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Get to the Next Level

By: Mike Kiely BA (hons) - Updated: 26 Aug 2012 | comments*Discuss
 
Lta Player Rating Tournaments Technique

Playing tennis for fun is more than satisfying for a great many players. But for those who find that matches are becoming a little too easy or who are frustrated that their ability appears to have plateaud, what is the solution?

Most obviously, to get better, you’ve got to compete against ,and ultimately beat, better players than those of the standard you are accustomed to. In the case of those who are already club members, it’s a case of speaking to one of the coaches or perhaps approaching individuals and asking them when they have a free slot to play. Park players of course lack this network, so this is the time to seriously consider finding a good local club that will solve this immediate problem.

However, even playing better individuals on a casual basis is not really the best solution. To get better, you need competition. And not just a Sunday afternoon five setter but a structured, well organised event that will have the butterflies churning in the stomach and an unfamiliar, mean looking face on the other side of the net.

For UK-based enthusiasts, entering tournaments involves gaining a player rating from the Lawn Tennis Association. The process involves a questionnaire, and for those applying for the first time, they are likely to be issued with a beginner’s rating of 10.2. Tournaments are graded according to ability in order to make it easy for players to target those that match their current playing level.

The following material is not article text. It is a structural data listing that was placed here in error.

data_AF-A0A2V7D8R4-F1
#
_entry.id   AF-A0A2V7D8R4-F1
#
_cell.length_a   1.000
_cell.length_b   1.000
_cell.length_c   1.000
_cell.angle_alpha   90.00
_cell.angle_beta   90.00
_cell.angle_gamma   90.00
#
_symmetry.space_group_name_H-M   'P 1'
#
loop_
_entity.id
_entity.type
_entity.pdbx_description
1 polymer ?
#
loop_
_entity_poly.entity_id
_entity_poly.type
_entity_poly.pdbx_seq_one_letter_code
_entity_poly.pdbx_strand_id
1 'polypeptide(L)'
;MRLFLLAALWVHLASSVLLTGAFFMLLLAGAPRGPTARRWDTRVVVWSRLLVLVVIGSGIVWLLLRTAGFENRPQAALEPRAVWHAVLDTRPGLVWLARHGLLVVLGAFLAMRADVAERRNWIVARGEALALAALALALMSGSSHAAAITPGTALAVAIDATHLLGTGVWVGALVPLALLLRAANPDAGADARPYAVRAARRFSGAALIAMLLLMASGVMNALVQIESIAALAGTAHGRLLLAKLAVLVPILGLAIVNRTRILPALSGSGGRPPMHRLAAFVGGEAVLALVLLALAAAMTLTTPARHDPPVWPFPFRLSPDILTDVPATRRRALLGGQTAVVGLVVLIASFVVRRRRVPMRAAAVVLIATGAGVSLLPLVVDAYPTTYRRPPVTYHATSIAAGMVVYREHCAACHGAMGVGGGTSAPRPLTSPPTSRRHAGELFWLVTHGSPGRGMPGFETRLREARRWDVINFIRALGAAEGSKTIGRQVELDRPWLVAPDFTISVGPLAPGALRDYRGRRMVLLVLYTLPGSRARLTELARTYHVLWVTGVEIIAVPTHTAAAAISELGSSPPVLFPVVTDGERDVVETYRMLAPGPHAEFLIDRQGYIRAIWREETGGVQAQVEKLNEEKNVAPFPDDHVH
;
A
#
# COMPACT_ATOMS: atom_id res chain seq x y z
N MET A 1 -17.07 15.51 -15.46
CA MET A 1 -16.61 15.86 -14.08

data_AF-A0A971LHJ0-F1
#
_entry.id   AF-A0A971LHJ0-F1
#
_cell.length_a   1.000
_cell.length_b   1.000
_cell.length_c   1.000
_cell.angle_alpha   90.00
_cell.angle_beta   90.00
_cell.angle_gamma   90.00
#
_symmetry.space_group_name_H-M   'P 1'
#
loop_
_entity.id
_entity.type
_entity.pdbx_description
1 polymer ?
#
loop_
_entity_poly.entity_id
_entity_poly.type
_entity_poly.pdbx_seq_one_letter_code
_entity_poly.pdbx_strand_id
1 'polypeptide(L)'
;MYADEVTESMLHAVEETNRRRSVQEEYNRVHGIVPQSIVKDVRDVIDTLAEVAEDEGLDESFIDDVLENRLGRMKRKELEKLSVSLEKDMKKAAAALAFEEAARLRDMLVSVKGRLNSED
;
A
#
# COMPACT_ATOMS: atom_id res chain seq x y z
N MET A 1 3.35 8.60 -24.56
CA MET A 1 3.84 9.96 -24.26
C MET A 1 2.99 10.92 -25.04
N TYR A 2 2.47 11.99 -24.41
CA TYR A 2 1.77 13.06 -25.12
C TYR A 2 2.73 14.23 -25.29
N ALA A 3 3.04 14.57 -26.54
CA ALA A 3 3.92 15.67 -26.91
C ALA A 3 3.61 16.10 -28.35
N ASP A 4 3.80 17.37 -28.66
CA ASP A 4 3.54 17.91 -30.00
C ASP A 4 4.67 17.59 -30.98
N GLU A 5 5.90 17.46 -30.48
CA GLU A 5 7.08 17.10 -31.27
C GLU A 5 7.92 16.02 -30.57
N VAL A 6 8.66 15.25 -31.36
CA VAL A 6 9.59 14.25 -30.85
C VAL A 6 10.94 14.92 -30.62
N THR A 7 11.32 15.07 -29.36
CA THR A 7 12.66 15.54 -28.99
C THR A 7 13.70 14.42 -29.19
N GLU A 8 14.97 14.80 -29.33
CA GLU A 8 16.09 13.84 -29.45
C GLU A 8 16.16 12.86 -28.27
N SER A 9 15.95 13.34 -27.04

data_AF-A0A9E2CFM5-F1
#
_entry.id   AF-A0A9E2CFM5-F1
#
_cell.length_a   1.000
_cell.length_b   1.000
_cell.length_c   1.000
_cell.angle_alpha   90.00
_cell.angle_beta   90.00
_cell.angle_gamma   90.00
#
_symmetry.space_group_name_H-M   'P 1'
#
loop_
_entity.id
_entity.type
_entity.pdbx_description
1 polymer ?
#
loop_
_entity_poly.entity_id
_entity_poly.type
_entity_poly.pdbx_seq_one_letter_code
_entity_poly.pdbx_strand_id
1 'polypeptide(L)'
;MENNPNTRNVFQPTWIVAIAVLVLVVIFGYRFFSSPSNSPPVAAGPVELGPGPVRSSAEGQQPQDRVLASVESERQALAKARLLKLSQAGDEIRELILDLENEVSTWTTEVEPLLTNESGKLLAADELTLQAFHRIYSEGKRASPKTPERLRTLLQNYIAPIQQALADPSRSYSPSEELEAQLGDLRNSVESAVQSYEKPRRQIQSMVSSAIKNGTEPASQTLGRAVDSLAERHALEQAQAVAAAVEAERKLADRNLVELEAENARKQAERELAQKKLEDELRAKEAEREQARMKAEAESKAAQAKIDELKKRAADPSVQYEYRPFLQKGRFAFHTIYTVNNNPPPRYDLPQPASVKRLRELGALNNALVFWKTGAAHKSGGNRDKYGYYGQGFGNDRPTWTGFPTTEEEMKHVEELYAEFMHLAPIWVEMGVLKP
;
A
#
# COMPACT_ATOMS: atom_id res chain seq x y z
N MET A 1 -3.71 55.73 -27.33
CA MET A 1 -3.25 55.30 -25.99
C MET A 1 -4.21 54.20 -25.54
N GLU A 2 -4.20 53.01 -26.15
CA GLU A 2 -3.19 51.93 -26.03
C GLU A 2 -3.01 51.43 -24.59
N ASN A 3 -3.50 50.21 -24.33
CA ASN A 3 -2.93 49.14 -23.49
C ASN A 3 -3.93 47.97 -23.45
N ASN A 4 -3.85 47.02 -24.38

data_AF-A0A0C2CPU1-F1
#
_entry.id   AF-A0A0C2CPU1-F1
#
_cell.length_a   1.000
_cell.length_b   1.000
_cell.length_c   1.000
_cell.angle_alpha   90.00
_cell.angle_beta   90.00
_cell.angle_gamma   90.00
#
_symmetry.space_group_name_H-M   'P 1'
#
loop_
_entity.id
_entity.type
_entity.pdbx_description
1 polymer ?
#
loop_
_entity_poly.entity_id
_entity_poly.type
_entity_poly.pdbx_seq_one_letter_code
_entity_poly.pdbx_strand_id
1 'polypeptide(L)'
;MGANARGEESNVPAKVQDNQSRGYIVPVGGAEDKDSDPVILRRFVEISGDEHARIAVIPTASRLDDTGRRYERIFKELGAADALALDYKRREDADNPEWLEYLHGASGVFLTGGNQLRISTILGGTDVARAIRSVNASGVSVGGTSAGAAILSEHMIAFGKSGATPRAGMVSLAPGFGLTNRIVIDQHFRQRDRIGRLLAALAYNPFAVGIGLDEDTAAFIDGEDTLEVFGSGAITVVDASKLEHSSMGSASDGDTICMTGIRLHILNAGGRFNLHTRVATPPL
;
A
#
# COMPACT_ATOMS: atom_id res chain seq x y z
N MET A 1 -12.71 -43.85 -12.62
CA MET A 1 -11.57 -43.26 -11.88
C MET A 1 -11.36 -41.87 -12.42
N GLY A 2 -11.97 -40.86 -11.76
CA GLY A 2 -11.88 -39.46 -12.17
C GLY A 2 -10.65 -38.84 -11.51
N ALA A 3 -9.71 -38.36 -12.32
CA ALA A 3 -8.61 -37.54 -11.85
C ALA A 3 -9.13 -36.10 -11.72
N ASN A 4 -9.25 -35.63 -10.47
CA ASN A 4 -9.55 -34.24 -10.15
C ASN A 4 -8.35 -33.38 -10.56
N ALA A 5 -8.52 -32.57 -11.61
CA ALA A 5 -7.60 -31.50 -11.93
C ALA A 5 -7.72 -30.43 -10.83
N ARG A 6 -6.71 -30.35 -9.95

Technical Weaknesses

If you are taking the step up to tournament level, be sure to invest in some coaching lessons that will target the technical weaknesses in your game. Learning from your mistakes is all very well when playing on a casual basis, but take the same approach into a tournament and you’ll be out in the first round. Remember this is dog eat dog tennis, and nobody is remotely interested in holding back simply in order to guarantee an enjoyable game for both players.

As well as working on your technique, look at the physical side, too. Ask your coach for some fitness drills that will improve both your stamina and strength as well as sharpening your footwork on court. As an example, try some lateral exercises that aim to improve sideward stride patterns, from a rapid number of half-steps to get you in position for a forehand to hops that involve a quick change of direction in order to respond as efficiently as possible to an opponent’s power play.

Focus on your equipment, too: adjustments to string tension, grip, even weight of racket can all pay dividends. At the very least it is worth experimenting.

Mental Discipline

Don’t forget that mental discipline, either. Tournament organisers frown upon players that believe aping the antics of the game’s more controversial stars will be tolerated. You will only succeed in quickly gaining a bad reputation, and don’t think for a moment that word won’t get around that here is someone who shouldn’t be welcome at future events. That bad temper of yours will do nothing for your match play, either.

Tournament play is exhilarating. It can also be hugely frustrating. But step up your preparation work, both physically and mentally, and it should add an extra dimension to your enjoyment of the game.

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